After several days of seeking for a situation on board a
vessel , I at length found one in the service of Capt. Joseph Manchester,
who was in the employ of Nathaniel Angier. I shipped in the capacity of
cabin boy, for a compensation of twenty-one shillings per month, to go
to Cape Francois on the island of St. Domingo. The wages of the sailors
were forty-two shillings per month.
This being the first time I ever was at sea, I experienced a
considerable amount of that mental and bodily prostration called
sea-sickness; but in a few days I became accustomed to the motion
of the vessel, and recovered my usual health and spirits.
Being what is termed a "green hand," I had every thing to learn that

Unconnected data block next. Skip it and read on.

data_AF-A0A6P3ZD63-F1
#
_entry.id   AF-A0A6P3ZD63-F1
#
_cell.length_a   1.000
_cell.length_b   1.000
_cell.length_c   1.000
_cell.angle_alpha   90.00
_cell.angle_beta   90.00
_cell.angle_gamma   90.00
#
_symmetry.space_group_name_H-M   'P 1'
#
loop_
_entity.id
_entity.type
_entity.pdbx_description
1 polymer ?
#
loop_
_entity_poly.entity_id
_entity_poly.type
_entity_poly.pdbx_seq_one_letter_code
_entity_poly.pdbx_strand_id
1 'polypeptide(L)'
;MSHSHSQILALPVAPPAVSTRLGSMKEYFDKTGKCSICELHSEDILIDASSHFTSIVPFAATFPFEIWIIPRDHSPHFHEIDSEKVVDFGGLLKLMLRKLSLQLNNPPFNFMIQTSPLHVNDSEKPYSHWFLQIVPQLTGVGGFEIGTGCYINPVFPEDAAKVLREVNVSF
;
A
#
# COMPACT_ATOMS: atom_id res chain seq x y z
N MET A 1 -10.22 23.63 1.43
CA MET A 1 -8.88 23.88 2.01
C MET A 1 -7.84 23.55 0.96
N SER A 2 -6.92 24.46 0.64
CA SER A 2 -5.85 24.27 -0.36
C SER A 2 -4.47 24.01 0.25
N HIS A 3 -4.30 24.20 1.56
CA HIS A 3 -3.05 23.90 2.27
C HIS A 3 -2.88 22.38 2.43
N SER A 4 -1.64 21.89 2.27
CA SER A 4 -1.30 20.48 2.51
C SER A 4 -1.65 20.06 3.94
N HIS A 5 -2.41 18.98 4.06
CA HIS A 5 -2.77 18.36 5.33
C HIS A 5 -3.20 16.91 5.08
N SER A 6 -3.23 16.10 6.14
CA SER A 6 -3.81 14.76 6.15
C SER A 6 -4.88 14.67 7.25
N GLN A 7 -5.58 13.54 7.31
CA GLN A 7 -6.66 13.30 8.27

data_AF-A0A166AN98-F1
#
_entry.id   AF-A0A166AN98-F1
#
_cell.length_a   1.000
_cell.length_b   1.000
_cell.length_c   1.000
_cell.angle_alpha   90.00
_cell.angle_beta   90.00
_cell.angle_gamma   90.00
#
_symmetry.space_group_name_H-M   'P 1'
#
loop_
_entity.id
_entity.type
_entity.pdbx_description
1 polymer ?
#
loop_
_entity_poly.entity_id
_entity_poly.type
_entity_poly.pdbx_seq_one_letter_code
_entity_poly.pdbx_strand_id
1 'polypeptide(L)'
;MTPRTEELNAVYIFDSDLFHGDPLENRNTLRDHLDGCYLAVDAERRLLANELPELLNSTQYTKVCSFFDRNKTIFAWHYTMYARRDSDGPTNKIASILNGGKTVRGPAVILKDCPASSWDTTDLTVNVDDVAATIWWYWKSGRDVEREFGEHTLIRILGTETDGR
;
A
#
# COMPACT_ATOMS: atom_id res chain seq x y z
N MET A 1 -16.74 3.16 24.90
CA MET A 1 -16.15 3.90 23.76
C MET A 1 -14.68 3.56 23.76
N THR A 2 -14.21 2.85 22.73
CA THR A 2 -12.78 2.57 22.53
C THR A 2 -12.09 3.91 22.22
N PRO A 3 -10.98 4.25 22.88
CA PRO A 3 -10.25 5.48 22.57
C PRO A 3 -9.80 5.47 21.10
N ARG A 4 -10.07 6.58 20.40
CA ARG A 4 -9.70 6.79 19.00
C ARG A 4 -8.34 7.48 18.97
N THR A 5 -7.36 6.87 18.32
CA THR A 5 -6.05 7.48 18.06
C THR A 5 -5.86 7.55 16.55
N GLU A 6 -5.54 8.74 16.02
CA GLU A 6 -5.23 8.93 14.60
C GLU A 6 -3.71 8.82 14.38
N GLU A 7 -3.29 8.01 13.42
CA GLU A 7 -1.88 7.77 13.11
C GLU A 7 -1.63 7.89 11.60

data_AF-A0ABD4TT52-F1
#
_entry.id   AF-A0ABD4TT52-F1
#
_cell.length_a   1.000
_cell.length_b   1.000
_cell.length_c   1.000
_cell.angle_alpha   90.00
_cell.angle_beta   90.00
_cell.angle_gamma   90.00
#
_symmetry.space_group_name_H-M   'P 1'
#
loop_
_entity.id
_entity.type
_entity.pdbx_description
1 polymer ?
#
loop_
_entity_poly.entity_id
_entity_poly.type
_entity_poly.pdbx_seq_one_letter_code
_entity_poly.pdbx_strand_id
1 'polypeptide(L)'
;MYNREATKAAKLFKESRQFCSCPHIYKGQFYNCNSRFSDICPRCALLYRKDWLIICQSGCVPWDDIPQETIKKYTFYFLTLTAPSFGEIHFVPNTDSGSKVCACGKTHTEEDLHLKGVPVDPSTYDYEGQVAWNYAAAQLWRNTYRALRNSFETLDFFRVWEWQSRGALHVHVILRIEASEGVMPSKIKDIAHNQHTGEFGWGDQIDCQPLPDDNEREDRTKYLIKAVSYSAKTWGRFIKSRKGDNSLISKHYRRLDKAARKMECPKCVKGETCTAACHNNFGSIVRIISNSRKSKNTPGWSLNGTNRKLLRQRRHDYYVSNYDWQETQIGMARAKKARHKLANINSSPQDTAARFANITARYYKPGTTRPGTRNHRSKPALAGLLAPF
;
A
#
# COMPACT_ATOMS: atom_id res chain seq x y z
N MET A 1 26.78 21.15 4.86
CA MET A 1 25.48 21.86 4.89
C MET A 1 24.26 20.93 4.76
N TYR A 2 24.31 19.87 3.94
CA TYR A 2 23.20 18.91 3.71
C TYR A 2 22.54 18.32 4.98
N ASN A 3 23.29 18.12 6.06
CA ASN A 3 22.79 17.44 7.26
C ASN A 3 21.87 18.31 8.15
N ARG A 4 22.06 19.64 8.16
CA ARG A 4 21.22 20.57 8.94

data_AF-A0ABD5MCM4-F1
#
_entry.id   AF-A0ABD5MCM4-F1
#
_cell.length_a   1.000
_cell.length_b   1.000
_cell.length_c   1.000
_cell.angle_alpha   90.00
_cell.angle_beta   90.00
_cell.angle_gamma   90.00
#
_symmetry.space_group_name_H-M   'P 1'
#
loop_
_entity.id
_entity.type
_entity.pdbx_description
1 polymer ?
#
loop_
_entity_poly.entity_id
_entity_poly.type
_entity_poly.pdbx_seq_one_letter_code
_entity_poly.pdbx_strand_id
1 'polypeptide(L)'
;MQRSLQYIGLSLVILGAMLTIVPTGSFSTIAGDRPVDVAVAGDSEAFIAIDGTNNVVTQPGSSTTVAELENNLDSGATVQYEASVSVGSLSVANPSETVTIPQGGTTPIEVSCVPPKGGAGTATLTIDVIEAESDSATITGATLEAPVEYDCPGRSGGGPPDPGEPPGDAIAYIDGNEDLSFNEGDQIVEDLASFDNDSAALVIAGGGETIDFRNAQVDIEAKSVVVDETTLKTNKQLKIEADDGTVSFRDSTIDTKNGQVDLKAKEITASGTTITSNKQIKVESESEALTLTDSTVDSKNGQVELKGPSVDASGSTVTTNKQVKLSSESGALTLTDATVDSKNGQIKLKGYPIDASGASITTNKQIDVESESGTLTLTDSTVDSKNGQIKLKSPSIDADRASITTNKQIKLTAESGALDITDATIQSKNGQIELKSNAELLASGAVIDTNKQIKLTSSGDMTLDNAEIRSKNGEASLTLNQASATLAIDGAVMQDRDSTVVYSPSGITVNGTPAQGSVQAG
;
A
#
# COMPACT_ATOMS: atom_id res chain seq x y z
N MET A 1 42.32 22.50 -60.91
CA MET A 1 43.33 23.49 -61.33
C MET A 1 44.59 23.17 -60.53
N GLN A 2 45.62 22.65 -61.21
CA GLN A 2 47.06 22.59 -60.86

belonged to my duties; and of course made some blunders for which I
received more curses than thanks.
Among other misfortunes, I unluckily placed a large pot of butter in
the larboard locker, without the precaution to fasten it in its place.
It rolled out in the course of the night, and the fragments of the pot
together with the contents were scattered about near the foot of the
cabin steps. At the time of the accident the captain was upon deck,
and having occasion to go below, he stepped into the midst of the
greasy particles and measured his length upon the floor. The butter
received a stamp of considerable magnitude in the form of a head,
which, although it served to protect the captain's from any lamentable
damage, did not shield mine from a volley of oaths and threats arising
from the irritation of the moment at the awkward predicament in which
he found himself placed.
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